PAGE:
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New York False Claims Act used to fight “inadequate” health care in Nassau County Jail

New York False Claims Act, Eric Schneiderman, Armor Correctional Health Medical Services

The New York False Claims Act is a powerful tool the state can use to go after contractors providing substandard service. In this case, Armor Correctional Health Medical Services “egregiously underperformed” on its duties to treat prisoners in a Nassau County jail. (Photo credit NY Attorney General)

The New York state lawsuit against Armor Correctional Health Medical Services is a good example of how the New York False Claims Act and other similar laws can be used to protect patients and improve patient care while at the same time hold government contractors accountable.

The lawsuit, filed by New York Attorney General Eric Schneiderman last month, alleges that Armor Correctional Health Medical Services, a for-profit health care services company, “failed to perform or egregiously underperformed” obligations laid out in an $11 million yearly contract with New York’s Nassau County to provide medical services in the Nassau County Correctional Center.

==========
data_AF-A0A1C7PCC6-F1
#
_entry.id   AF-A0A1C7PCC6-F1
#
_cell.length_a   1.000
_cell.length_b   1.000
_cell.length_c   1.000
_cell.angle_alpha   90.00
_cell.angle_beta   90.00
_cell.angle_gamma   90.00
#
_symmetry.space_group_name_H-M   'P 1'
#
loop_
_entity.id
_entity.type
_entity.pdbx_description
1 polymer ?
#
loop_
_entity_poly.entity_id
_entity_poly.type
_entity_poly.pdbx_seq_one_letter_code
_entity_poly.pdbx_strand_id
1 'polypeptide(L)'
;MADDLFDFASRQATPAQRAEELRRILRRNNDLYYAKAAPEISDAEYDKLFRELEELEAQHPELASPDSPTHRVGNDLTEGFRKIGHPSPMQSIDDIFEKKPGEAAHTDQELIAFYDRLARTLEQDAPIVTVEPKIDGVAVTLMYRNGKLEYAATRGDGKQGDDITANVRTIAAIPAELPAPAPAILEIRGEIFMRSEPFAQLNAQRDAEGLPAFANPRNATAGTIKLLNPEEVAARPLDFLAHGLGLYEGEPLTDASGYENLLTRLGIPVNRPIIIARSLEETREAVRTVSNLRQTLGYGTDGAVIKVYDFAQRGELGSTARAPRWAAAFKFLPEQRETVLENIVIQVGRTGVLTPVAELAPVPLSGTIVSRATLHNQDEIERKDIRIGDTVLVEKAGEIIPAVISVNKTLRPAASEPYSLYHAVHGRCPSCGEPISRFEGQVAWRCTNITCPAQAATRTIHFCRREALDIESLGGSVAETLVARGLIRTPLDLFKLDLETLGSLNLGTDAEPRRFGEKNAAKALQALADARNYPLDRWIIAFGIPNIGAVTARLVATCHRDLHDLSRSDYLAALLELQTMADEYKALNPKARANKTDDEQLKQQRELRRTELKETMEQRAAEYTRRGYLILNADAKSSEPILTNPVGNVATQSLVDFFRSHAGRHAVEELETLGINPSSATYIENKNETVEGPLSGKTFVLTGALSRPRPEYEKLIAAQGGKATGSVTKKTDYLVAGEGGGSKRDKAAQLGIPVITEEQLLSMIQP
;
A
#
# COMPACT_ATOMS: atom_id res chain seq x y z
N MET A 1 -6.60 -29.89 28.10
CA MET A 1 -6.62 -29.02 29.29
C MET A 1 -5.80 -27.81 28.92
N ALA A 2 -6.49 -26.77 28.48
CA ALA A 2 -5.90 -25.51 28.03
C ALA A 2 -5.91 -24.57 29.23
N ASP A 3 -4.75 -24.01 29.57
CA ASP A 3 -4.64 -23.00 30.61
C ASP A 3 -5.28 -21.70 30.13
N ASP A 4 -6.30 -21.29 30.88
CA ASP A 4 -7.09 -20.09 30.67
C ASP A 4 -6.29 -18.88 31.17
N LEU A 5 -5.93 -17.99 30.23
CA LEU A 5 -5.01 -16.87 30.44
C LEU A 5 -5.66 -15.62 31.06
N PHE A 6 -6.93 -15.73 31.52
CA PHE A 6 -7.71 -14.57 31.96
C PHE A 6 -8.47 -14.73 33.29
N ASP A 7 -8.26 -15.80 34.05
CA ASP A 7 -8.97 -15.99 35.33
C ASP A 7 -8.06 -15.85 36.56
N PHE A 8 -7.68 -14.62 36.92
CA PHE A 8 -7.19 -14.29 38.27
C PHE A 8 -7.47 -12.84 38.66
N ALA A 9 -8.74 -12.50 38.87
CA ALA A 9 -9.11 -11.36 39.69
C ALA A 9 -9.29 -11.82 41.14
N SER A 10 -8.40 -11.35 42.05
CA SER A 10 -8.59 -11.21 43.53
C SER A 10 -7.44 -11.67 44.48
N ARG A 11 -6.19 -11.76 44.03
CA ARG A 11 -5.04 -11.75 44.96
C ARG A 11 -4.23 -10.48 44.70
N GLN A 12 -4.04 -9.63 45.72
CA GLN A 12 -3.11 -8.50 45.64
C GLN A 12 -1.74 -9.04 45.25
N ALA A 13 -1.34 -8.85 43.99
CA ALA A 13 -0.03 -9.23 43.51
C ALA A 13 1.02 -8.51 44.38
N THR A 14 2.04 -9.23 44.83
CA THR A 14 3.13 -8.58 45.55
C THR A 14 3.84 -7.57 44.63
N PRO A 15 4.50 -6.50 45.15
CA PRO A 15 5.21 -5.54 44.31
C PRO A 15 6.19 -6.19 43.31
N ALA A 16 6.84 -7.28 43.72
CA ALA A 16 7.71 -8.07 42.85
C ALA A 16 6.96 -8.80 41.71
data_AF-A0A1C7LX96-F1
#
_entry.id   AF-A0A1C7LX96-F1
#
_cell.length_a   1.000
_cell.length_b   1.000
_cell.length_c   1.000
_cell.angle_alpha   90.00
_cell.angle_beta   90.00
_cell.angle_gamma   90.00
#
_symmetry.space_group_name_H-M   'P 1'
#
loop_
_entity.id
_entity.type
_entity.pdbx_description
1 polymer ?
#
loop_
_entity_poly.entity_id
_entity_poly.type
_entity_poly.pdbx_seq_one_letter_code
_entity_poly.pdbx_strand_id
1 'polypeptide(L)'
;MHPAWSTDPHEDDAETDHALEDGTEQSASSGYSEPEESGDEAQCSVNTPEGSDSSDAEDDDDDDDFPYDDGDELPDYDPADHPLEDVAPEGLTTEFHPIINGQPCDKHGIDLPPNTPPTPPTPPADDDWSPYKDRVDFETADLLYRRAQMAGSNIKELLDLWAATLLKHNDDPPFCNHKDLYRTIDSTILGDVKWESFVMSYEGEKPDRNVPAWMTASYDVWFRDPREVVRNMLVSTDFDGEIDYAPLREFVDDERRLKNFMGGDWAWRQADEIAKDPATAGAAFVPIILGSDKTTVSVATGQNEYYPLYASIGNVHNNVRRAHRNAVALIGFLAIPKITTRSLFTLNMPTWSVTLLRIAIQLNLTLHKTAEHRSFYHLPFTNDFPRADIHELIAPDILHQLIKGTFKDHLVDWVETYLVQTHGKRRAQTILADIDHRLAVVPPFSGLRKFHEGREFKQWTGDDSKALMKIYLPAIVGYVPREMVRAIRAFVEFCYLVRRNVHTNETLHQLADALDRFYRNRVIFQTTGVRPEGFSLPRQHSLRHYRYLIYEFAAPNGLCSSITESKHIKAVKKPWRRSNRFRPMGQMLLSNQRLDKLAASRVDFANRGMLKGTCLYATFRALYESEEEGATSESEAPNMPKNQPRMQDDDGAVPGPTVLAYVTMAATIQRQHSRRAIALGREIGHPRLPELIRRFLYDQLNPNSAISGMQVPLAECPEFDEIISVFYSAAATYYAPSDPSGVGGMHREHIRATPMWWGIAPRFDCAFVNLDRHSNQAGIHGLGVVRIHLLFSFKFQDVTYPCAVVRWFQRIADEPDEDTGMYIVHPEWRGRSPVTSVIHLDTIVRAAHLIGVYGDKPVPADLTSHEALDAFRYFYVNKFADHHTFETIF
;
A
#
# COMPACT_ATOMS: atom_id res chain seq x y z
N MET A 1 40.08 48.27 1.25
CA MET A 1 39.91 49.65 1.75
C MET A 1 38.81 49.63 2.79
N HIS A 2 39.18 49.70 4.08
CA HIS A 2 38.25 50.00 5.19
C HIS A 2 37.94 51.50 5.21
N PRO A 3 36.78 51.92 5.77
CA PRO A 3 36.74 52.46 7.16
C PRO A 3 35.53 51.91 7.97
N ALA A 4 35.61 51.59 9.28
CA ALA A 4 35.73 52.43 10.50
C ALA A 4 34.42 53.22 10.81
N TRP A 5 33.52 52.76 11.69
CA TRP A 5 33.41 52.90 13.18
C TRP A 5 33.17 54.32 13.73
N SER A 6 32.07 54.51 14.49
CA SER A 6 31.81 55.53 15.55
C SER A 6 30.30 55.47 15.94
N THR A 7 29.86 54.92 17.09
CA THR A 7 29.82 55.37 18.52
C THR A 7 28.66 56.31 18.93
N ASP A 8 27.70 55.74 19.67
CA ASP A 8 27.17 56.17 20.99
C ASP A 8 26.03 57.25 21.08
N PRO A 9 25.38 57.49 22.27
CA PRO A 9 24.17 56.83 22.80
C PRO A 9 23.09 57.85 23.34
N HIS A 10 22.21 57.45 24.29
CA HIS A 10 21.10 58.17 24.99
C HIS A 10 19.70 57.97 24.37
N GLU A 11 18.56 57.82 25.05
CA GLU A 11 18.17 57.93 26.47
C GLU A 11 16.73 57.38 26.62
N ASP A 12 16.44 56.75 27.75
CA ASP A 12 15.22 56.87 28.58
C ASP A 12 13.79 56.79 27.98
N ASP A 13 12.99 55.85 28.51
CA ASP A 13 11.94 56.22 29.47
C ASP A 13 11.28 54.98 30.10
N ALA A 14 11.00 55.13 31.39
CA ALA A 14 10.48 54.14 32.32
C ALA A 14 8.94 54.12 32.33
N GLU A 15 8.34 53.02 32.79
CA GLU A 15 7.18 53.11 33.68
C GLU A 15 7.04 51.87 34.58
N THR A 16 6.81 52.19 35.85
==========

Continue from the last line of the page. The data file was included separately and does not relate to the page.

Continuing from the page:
Armor’s contractual shortcomings allegedly include failing to treat patients in a timely matter, provide adequate psychiatric care, provide emergency medical care, perform needed diagnostic tests, dispense medications timely, conduct self-audits or  implement quality assurance procedures.

The lawsuit also alleges that at least 12 people have died at Nassau County Jail because of Armor’s substandard care.

The New York False Claims Act provides a way for the state to recoup its costs spent on worthless services. If Armor is found to have failed to provide the quality of services it promised and submitted claims for payment anyway, it could be liable for a fines of up to three times both the actual harm to the state and consequential damages, as well as a fine of between $6,000 and $12,000 for each violation of the Act.

As the complaint states, “providing appropriate medical treatment is particularly important in the prison population due to the high incidence of disease.” Approximately 40 percent of state and federal prisoners and individuals in jails across the country have chronic medical conditions, and over 14 percent currently have infectious diseases, including tuberculosis, Hepatitis B or C, and HIV/AIDS.

Aside from the missed opportunity to treat those who might otherwise never have a chance to see a doctor, failing to provide these services also hurts the economic interests of the state because the state is paying millions of dollars per year for services that it is not receiving.

If more states were to adopt a law similar to New York’s False Claims Act and the federal False Claims Act – they, too, would be able to recover funds from any contractor that fails to provide promised services while better protecting those who depend on those services.

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